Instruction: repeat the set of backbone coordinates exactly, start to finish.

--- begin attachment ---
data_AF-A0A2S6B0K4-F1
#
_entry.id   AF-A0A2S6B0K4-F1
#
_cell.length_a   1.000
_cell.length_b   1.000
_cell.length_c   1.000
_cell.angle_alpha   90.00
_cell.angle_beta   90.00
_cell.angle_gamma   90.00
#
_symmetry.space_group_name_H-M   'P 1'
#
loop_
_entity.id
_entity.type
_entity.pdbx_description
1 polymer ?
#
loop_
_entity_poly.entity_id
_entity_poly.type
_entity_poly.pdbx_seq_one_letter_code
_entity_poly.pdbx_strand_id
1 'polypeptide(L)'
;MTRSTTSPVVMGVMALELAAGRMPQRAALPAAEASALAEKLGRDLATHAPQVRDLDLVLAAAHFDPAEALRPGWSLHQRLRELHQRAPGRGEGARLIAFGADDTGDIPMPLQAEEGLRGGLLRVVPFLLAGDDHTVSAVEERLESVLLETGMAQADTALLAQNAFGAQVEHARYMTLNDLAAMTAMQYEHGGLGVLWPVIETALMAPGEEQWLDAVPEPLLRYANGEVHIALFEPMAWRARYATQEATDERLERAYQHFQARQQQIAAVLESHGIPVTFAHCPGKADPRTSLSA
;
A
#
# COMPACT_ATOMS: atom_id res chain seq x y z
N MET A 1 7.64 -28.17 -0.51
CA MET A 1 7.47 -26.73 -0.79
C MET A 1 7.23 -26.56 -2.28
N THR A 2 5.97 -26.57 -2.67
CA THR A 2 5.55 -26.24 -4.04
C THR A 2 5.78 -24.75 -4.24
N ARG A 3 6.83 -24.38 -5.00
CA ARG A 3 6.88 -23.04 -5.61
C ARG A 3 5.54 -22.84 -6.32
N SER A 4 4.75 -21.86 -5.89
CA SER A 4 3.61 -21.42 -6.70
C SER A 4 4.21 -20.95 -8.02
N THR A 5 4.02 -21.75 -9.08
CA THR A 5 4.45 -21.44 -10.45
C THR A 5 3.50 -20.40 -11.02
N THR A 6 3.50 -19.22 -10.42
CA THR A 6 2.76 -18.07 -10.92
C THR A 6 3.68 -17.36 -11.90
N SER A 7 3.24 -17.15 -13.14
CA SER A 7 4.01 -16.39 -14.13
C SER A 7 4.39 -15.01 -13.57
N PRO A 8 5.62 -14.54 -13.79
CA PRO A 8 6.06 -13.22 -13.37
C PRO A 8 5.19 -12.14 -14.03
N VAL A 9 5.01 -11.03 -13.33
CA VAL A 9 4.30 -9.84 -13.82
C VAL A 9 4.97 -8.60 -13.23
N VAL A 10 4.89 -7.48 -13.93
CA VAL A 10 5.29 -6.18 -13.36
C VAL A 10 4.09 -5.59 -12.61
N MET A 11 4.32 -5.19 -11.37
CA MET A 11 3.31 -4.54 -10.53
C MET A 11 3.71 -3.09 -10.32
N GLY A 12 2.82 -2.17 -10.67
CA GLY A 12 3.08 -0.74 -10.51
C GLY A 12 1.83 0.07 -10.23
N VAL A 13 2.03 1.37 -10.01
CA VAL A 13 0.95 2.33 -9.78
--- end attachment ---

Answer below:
data_AF-A0A2S6B0K4-F1
#
_entry.id   AF-A0A2S6B0K4-F1
#
_cell.length_a   1.000
_cell.length_b   1.000
_cell.length_c   1.000
_cell.angle_alpha   90.00
_cell.angle_beta   90.00
_cell.angle_gamma   90.00
#
_symmetry.space_group_name_H-M   'P 1'
#
loop_
_entity.id
_entity.type
_entity.pdbx_description
1 polymer ?
#
loop_
_entity_poly.entity_id
_entity_poly.type
_entity_poly.pdbx_seq_one_letter_code
_entity_poly.pdbx_strand_id
1 'polypeptide(L)'
;MTRSTTSPVVMGVMALELAAGRMPQRAALPAAEASALAEKLGRDLATHAPQVRDLDLVLAAAHFDPAEALRPGWSLHQRLRELHQRAPGRGEGARLIAFGADDTGDIPMPLQAEEGLRGGLLRVVPFLLAGDDHTVSAVEERLESVLLETGMAQADTALLAQNAFGAQVEHARYMTLNDLAAMTAMQYEHGGLGVLWPVIETALMAPGEEQWLDAVPEPLLRYANGEVHIALFEPMAWRARYATQEATDERLERAYQHFQARQQQIAAVLESHGIPVTFAHCPGKADPRTSLSA
;
A
#
# COMPACT_ATOMS: atom_id res chain seq x y z
N MET A 1 7.64 -28.17 -0.51
CA MET A 1 7.47 -26.73 -0.79
C MET A 1 7.23 -26.56 -2.28
N THR A 2 5.97 -26.57 -2.67
CA THR A 2 5.55 -26.24 -4.04
C THR A 2 5.78 -24.75 -4.24
N ARG A 3 6.83 -24.38 -5.00
CA ARG A 3 6.88 -23.04 -5.61
C ARG A 3 5.54 -22.84 -6.32
N SER A 4 4.75 -21.86 -5.89
CA SER A 4 3.61 -21.42 -6.70
C SER A 4 4.21 -20.95 -8.02
N THR A 5 4.02 -21.75 -9.08
CA THR A 5 4.45 -21.44 -10.45
C THR A 5 3.50 -20.40 -11.02
N THR A 6 3.50 -19.22 -10.42
CA THR A 6 2.76 -18.07 -10.92
C THR A 6 3.68 -17.36 -11.90
N SER A 7 3.24 -17.15 -13.14
CA SER A 7 4.01 -16.39 -14.13
C SER A 7 4.39 -15.01 -13.57
N PRO A 8 5.62 -14.54 -13.79
CA PRO A 8 6.06 -13.22 -13.37
C PRO A 8 5.19 -12.14 -14.03
N VAL A 9 5.01 -11.03 -13.33
CA VAL A 9 4.30 -9.84 -13.82
C VAL A 9 4.97 -8.60 -13.23
N VAL A 10 4.89 -7.48 -13.93
CA VAL A 10 5.29 -6.18 -13.36
C VAL A 10 4.09 -5.59 -12.61
N MET A 11 4.32 -5.19 -11.37
CA MET A 11 3.31 -4.54 -10.53
C MET A 11 3.71 -3.09 -10.32
N GLY A 12 2.82 -2.17 -10.67
CA GLY A 12 3.08 -0.74 -10.51
C GLY A 12 1.83 0.07 -10.23
N VAL A 13 2.03 1.37 -10.01
CA VAL A 13 0.95 2.33 -9.78